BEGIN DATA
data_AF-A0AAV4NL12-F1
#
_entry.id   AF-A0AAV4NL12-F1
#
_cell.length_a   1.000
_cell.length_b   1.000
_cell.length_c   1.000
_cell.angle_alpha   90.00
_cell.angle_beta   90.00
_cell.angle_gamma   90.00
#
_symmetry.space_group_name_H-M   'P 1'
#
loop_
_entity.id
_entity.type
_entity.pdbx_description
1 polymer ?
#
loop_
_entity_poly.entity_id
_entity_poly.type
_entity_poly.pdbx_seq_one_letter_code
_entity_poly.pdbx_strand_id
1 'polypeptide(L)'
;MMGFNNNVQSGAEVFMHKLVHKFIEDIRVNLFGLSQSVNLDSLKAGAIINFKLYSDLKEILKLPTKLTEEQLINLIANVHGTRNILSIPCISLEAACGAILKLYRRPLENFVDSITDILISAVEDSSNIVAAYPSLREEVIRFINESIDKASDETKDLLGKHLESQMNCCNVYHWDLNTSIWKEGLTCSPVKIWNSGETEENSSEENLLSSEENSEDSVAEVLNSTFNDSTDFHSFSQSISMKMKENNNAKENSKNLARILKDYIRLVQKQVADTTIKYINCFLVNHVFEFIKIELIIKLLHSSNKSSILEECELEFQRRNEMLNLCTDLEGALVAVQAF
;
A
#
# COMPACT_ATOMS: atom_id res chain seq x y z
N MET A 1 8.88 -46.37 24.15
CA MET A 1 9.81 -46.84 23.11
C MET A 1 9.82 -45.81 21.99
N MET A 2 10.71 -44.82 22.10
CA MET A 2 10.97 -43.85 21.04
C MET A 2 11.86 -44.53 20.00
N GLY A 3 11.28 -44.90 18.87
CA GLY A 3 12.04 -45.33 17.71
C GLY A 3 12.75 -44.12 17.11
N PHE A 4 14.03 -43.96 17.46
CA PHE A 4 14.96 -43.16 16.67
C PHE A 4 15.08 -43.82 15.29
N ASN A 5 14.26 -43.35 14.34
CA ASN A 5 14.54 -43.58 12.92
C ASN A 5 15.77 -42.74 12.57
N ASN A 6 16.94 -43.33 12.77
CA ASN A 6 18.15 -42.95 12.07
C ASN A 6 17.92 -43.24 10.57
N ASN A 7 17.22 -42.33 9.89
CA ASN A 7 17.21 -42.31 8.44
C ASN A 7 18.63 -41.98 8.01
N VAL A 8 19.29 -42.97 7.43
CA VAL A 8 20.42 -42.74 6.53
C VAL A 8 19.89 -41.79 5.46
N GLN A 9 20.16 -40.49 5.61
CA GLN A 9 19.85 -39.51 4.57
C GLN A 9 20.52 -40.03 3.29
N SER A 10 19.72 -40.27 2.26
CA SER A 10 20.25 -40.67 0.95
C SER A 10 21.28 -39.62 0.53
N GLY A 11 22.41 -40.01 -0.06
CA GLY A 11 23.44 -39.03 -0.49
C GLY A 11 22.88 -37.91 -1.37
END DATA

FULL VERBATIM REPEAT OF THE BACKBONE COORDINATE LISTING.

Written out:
data_AF-A0AAV4NL12-F1
#
_entry.id   AF-A0AAV4NL12-F1
#
_cell.length_a   1.000
_cell.length_b   1.000
_cell.length_c   1.000
_cell.angle_alpha   90.00
_cell.angle_beta   90.00
_cell.angle_gamma   90.00
#
_symmetry.space_group_name_H-M   'P 1'
#
loop_
_entity.id
_entity.type
_entity.pdbx_description
1 polymer ?
#
loop_
_entity_poly.entity_id
_entity_poly.type
_entity_poly.pdbx_seq_one_letter_code
_entity_poly.pdbx_strand_id
1 'polypeptide(L)'
;MMGFNNNVQSGAEVFMHKLVHKFIEDIRVNLFGLSQSVNLDSLKAGAIINFKLYSDLKEILKLPTKLTEEQLINLIANVHGTRNILSIPCISLEAACGAILKLYRRPLENFVDSITDILISAVEDSSNIVAAYPSLREEVIRFINESIDKASDETKDLLGKHLESQMNCCNVYHWDLNTSIWKEGLTCSPVKIWNSGETEENSSEENLLSSEENSEDSVAEVLNSTFNDSTDFHSFSQSISMKMKENNNAKENSKNLARILKDYIRLVQKQVADTTIKYINCFLVNHVFEFIKIELIIKLLHSSNKSSILEECELEFQRRNEMLNLCTDLEGALVAVQAF
;
A
#
# COMPACT_ATOMS: atom_id res chain seq x y z
N MET A 1 8.88 -46.37 24.15
CA MET A 1 9.81 -46.84 23.11
C MET A 1 9.82 -45.81 21.99
N MET A 2 10.71 -44.82 22.10
CA MET A 2 10.97 -43.85 21.04
C MET A 2 11.86 -44.53 20.00
N GLY A 3 11.28 -44.90 18.87
CA GLY A 3 12.04 -45.33 17.71
C GLY A 3 12.75 -44.12 17.11
N PHE A 4 14.03 -43.96 17.46
CA PHE A 4 14.96 -43.16 16.67
C PHE A 4 15.08 -43.82 15.29
N ASN A 5 14.26 -43.35 14.34
CA ASN A 5 14.54 -43.58 12.92
C ASN A 5 15.77 -42.74 12.57
N ASN A 6 16.94 -43.33 12.77
CA ASN A 6 18.15 -42.95 12.07
C ASN A 6 17.92 -43.24 10.57
N ASN A 7 17.22 -42.33 9.89
CA ASN A 7 17.21 -42.31 8.44
C ASN A 7 18.63 -41.98 8.01
N VAL A 8 19.29 -42.97 7.43
CA VAL A 8 20.42 -42.74 6.53
C VAL A 8 19.89 -41.79 5.46
N GLN A 9 20.16 -40.49 5.61
CA GLN A 9 19.85 -39.51 4.57
C GLN A 9 20.52 -40.03 3.29
N SER A 10 19.72 -40.27 2.26
CA SER A 10 20.25 -40.67 0.95
C SER A 10 21.28 -39.62 0.53
N GLY A 11 22.41 -40.01 -0.06
CA GLY A 11 23.44 -39.03 -0.49
C GLY A 11 22.88 -37.91 -1.37